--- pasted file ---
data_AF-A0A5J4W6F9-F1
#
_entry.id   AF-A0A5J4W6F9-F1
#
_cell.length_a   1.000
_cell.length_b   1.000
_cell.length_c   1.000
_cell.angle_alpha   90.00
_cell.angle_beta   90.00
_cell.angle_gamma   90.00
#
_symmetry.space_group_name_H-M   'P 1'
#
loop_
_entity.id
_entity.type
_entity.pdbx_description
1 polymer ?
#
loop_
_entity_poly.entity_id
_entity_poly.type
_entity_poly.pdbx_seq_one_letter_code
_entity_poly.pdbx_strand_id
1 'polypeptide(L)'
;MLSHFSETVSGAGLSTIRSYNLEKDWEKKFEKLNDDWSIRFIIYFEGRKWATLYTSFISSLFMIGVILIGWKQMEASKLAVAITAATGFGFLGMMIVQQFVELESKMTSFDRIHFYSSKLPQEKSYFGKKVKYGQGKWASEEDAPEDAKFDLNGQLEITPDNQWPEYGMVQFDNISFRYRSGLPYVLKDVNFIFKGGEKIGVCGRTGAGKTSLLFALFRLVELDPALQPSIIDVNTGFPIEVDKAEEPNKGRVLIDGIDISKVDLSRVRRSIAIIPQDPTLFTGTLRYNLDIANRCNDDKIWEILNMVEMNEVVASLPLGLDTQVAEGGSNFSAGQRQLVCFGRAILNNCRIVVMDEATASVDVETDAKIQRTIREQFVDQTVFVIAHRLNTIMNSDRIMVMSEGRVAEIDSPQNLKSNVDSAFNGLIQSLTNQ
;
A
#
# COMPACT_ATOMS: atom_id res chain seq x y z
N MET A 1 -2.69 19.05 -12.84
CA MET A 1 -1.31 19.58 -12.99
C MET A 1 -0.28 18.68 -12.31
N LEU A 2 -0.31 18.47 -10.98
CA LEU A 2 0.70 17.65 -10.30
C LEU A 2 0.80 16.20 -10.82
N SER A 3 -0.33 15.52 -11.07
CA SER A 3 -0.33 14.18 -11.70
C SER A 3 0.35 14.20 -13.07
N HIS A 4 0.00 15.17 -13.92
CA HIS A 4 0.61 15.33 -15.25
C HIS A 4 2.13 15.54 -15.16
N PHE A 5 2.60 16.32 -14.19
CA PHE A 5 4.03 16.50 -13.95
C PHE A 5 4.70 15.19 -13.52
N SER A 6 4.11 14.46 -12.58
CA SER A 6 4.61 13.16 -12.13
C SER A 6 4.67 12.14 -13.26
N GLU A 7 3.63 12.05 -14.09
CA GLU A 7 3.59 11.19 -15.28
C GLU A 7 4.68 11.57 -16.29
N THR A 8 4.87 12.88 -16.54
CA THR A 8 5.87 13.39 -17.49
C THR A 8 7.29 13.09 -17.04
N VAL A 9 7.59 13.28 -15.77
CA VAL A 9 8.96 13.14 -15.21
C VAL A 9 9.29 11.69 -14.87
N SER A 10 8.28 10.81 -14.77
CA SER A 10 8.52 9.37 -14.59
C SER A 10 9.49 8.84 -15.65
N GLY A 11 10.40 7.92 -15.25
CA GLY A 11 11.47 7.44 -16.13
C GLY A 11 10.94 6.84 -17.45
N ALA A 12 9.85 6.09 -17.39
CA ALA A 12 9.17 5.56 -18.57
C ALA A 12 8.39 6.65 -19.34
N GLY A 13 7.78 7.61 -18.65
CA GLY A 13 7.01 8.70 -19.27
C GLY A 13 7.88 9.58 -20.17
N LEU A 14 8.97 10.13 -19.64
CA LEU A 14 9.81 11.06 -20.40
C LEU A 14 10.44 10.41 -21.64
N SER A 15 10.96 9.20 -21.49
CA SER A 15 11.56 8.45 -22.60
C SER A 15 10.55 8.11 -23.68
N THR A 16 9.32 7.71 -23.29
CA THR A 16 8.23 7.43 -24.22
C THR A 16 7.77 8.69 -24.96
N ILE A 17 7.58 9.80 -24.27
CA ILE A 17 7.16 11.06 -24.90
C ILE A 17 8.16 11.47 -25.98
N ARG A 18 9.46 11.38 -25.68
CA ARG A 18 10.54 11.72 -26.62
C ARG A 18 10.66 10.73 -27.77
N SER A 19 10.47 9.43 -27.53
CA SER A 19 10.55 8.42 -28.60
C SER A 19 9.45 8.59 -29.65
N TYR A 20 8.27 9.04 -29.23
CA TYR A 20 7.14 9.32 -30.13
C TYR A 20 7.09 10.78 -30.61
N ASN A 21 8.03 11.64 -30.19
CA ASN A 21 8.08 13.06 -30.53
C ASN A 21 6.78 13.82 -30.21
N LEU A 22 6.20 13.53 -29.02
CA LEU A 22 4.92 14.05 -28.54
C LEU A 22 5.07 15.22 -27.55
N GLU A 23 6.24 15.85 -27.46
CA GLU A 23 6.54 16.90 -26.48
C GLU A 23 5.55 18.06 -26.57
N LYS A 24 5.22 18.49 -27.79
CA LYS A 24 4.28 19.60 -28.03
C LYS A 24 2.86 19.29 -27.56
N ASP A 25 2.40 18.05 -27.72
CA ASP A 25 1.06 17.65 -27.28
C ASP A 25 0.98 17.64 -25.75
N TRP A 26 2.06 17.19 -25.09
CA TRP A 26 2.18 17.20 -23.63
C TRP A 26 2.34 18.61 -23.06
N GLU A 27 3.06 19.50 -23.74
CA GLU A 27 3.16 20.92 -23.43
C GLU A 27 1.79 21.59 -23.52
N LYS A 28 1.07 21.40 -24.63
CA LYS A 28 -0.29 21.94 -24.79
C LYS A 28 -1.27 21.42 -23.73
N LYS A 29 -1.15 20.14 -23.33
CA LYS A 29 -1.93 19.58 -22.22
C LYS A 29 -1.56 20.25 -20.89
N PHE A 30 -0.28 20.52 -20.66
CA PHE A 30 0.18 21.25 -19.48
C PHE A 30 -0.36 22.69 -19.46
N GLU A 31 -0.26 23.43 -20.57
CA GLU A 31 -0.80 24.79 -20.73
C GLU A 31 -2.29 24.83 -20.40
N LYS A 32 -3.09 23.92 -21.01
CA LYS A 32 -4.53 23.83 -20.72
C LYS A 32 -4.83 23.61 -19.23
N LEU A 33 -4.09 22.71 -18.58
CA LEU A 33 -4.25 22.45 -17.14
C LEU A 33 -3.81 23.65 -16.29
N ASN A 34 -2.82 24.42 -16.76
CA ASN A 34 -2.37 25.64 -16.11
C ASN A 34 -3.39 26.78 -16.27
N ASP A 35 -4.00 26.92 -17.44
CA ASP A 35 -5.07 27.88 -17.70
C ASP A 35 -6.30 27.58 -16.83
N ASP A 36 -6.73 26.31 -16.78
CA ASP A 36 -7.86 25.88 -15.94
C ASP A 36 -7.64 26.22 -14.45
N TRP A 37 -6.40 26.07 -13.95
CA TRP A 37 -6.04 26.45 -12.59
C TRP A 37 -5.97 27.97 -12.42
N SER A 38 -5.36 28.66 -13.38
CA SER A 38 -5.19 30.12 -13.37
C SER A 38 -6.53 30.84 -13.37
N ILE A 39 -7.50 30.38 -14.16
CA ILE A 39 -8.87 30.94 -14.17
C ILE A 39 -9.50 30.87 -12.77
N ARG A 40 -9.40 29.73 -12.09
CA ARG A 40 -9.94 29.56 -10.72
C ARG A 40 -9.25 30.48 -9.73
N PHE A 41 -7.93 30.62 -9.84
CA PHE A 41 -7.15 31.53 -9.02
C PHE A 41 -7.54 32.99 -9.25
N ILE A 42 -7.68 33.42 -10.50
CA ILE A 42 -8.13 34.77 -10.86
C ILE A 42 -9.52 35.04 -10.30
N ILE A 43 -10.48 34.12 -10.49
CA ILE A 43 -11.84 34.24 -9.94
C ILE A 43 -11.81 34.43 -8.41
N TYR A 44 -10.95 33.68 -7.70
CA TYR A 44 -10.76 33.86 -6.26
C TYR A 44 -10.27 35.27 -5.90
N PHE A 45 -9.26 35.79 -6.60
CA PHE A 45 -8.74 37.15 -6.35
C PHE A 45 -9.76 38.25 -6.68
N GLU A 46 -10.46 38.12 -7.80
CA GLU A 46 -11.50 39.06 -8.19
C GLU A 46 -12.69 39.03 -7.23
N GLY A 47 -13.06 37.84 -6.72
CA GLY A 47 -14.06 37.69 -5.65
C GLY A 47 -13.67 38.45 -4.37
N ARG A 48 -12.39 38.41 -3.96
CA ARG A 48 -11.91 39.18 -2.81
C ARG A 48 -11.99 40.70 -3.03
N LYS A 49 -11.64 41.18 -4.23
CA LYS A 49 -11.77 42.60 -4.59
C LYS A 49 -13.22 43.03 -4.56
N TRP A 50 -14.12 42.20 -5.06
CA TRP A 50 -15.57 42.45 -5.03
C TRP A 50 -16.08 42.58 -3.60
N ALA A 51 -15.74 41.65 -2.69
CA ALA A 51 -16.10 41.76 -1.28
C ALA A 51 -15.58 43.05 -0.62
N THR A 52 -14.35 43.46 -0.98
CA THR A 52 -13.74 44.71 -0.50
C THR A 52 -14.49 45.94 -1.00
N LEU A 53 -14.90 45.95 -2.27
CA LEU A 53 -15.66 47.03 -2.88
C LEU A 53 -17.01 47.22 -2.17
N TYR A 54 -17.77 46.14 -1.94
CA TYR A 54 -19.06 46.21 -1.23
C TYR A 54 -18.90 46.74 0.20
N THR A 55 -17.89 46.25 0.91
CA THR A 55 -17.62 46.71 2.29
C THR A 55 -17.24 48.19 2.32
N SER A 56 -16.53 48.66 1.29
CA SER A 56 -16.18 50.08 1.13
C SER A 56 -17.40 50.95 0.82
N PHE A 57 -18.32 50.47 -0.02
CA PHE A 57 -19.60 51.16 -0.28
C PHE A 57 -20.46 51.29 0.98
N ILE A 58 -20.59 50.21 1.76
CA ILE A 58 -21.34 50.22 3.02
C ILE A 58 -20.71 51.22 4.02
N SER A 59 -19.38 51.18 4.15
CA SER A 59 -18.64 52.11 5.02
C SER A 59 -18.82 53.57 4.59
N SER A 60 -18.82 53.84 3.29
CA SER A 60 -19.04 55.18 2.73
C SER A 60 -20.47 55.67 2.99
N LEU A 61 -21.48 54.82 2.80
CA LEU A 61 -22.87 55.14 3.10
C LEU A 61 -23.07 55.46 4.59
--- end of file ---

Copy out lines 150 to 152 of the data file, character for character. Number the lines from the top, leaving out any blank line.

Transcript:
C ARG A 40 -9.25 30.48 -9.73
N PHE A 41 -7.93 30.62 -9.84
CA PHE A 41 -7.15 31.53 -9.02